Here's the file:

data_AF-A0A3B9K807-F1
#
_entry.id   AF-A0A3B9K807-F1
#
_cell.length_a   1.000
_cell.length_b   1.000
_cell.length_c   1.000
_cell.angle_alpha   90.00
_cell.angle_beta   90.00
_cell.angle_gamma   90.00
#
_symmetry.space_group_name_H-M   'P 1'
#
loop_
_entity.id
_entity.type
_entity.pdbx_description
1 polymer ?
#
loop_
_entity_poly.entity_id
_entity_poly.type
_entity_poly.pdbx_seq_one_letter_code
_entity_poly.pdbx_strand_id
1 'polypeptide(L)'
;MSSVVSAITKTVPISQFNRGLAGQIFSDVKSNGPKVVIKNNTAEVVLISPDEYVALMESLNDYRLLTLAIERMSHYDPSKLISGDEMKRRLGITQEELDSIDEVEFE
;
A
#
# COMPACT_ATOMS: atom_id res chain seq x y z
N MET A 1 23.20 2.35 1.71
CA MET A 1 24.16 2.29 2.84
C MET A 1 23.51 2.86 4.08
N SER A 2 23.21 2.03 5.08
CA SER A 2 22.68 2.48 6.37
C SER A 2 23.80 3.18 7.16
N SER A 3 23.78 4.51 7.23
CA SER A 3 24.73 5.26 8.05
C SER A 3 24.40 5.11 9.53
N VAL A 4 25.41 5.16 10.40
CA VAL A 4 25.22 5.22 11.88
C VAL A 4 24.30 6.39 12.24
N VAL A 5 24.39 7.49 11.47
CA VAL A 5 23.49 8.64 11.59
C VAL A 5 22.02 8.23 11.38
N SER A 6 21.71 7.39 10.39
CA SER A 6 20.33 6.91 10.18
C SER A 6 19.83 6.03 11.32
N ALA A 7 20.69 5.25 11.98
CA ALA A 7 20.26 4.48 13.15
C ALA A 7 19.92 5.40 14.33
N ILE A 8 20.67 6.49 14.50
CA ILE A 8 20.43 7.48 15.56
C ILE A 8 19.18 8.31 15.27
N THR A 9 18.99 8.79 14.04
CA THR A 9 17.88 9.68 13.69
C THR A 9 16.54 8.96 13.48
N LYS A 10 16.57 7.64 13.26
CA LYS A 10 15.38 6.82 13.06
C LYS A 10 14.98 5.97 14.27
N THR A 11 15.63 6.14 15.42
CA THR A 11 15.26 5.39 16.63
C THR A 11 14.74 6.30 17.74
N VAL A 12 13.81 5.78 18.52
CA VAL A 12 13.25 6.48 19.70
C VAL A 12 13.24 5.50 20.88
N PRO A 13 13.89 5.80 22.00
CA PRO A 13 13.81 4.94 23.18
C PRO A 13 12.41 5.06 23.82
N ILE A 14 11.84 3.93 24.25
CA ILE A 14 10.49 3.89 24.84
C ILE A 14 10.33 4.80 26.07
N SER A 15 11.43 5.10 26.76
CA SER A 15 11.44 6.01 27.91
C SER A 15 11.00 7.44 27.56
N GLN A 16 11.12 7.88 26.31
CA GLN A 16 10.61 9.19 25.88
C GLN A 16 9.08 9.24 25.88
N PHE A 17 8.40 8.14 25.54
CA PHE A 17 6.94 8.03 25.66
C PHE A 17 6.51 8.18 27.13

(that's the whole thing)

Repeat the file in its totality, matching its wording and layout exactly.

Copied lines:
data_AF-A0A3B9K807-F1
#
_entry.id   AF-A0A3B9K807-F1
#
_cell.length_a   1.000
_cell.length_b   1.000
_cell.length_c   1.000
_cell.angle_alpha   90.00
_cell.angle_beta   90.00
_cell.angle_gamma   90.00
#
_symmetry.space_group_name_H-M   'P 1'
#
loop_
_entity.id
_entity.type
_entity.pdbx_description
1 polymer ?
#
loop_
_entity_poly.entity_id
_entity_poly.type
_entity_poly.pdbx_seq_one_letter_code
_entity_poly.pdbx_strand_id
1 'polypeptide(L)'
;MSSVVSAITKTVPISQFNRGLAGQIFSDVKSNGPKVVIKNNTAEVVLISPDEYVALMESLNDYRLLTLAIERMSHYDPSKLISGDEMKRRLGITQEELDSIDEVEFE
;
A
#
# COMPACT_ATOMS: atom_id res chain seq x y z
N MET A 1 23.20 2.35 1.71
CA MET A 1 24.16 2.29 2.84
C MET A 1 23.51 2.86 4.08
N SER A 2 23.21 2.03 5.08
CA SER A 2 22.68 2.48 6.37
C SER A 2 23.80 3.18 7.16
N SER A 3 23.78 4.51 7.23
CA SER A 3 24.73 5.26 8.05
C SER A 3 24.40 5.11 9.53
N VAL A 4 25.41 5.16 10.40
CA VAL A 4 25.22 5.22 11.88
C VAL A 4 24.30 6.39 12.24
N VAL A 5 24.39 7.49 11.47
CA VAL A 5 23.49 8.64 11.59
C VAL A 5 22.02 8.23 11.38
N SER A 6 21.71 7.39 10.39
CA SER A 6 20.33 6.91 10.18
C SER A 6 19.83 6.03 11.32
N ALA A 7 20.69 5.25 11.98
CA ALA A 7 20.26 4.48 13.15
C ALA A 7 19.92 5.40 14.33
N ILE A 8 20.67 6.49 14.50
CA ILE A 8 20.43 7.48 15.56
C ILE A 8 19.18 8.31 15.27
N THR A 9 18.99 8.79 14.04
CA THR A 9 17.88 9.68 13.69
C THR A 9 16.54 8.96 13.48
N LYS A 10 16.57 7.64 13.26
CA LYS A 10 15.38 6.82 13.06
C LYS A 10 14.98 5.97 14.27
N THR A 11 15.63 6.14 15.42
CA THR A 11 15.26 5.39 16.63
C THR A 11 14.74 6.30 17.74
N VAL A 12 13.81 5.78 18.52
CA VAL A 12 13.25 6.48 19.70
C VAL A 12 13.24 5.50 20.88
N PRO A 13 13.89 5.80 22.00
CA PRO A 13 13.81 4.94 23.18
C PRO A 13 12.41 5.06 23.82
N ILE A 14 11.84 3.93 24.25
CA ILE A 14 10.49 3.89 24.84
C ILE A 14 10.33 4.80 26.07
N SER A 15 11.43 5.10 26.76
CA SER A 15 11.44 6.01 27.91
C SER A 15 11.00 7.44 27.56
N GLN A 16 11.12 7.88 26.31
CA GLN A 16 10.61 9.19 25.88
C GLN A 16 9.08 9.24 25.88
N PHE A 17 8.40 8.14 25.54
CA PHE A 17 6.94 8.03 25.66
C PHE A 17 6.51 8.18 27.13